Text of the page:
“Do we remember Andrew Caldwell?”

“Do we remember Andrew Caldwell?”   It was almost a month ago that the Church of God in Christ, Inc. (COGIC) gathered for their 108th Holy Convocation in St. Louis, Missouri. I am not a part of the COGIC tradition, yet I am keenly aware of the sacredness of this time of worship and fellowship.

According to its website, COGIC is “a Christian organization in the Holiness-Pentecostal tradition. It is the largest Pentecostal denomination in the United States. The membership is predominantly African-American with more than six million members. The Church has congregations in 63 countries around the world.”

The annual gathering brings together persons from COGIC and others outside the organization; from all corners of the United States and abroad. From friends’ Facebook posts, which included videos and tons of photos, I was able to peek inside this year’s convocation.

As I witnessed COGIC’s gathering this year, I could not help but hear the voice of Andrew Caldwell lingering in my conscience. Caldwell became the buzz of social and mainstream media at last year’s convocation, where he testified he was no longer gay. He claimed his conversion came in response to an anti-gay sermon during COGIC’s annual convocation.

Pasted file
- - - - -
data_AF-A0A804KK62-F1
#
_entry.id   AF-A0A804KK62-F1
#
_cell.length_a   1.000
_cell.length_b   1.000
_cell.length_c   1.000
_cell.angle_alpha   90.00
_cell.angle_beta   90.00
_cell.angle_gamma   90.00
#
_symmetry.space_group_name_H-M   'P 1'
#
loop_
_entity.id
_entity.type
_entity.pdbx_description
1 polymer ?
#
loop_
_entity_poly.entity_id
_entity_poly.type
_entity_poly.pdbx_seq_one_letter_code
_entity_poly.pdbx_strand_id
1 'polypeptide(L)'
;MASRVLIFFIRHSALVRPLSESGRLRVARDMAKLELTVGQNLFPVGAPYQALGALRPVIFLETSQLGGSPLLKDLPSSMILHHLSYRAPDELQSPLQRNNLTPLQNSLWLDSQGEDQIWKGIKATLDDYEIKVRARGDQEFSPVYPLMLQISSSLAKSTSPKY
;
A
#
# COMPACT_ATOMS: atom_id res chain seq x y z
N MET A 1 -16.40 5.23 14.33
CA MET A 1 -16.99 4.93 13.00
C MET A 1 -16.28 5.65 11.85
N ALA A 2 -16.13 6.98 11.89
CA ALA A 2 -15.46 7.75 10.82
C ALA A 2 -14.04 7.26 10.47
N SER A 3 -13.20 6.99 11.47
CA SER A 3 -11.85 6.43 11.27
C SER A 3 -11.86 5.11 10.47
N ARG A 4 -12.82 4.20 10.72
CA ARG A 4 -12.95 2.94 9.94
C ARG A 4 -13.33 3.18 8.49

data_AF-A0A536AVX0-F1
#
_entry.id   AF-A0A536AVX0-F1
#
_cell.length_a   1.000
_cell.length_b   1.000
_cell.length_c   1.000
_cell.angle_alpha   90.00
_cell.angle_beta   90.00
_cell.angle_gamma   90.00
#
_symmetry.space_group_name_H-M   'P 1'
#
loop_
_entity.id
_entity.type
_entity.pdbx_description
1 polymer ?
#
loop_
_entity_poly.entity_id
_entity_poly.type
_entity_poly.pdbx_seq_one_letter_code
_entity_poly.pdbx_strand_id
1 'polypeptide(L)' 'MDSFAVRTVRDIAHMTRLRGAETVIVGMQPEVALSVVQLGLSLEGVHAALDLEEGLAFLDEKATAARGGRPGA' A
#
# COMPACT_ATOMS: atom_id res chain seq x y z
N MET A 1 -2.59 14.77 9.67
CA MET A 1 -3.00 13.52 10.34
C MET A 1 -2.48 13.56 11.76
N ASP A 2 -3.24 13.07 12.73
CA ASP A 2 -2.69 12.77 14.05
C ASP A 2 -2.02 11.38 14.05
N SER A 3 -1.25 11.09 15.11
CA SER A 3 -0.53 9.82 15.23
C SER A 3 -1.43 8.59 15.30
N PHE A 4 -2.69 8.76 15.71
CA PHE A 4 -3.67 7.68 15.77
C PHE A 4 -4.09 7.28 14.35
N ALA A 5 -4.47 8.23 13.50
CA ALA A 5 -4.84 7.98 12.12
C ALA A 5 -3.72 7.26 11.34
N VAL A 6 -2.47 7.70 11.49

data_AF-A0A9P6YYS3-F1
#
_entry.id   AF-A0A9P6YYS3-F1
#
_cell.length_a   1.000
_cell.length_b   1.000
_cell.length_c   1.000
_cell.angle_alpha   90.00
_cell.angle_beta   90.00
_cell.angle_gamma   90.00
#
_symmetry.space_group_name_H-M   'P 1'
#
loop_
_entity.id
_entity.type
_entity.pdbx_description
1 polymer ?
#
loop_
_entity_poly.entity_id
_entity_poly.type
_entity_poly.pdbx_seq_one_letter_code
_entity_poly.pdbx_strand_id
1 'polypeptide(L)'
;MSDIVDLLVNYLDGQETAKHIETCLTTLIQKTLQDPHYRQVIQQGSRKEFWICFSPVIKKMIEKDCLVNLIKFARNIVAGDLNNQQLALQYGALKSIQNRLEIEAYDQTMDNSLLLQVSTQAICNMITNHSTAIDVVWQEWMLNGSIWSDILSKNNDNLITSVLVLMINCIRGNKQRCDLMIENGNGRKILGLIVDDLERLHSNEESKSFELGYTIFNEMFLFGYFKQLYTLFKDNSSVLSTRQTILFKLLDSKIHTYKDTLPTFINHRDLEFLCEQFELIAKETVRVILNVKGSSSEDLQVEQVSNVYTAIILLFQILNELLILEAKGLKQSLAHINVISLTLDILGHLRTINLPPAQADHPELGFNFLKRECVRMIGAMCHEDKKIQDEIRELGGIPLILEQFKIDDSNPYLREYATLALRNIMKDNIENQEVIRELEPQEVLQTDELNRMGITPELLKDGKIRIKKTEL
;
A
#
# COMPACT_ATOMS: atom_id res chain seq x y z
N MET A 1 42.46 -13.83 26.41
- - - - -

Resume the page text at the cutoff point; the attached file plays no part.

“Do we remember Andrew Caldwell?” Raising this question calls us back to conversation, not simply about the event that happened last year, but rather the conversation about black churches and our LGBT brothers and sisters.

Last year, after the conversations from the 107th COGIC Convocation conversations about sexuality and the Church were buzzing, I decided to capture a narrative about a black Christian mother who embodies an affirming love for her lesbian daughter. This is a powerful story to add to the ongoing conversation.

Even when many churches will not affirm and celebrate our LGBT children, there are mothers who are not afraid to walk away from churches on behalf of their children. Be not dismayed there is a minority group of Black parents of faith who love and support their LGBT children.

Take some time and listen to this sacred conversation.

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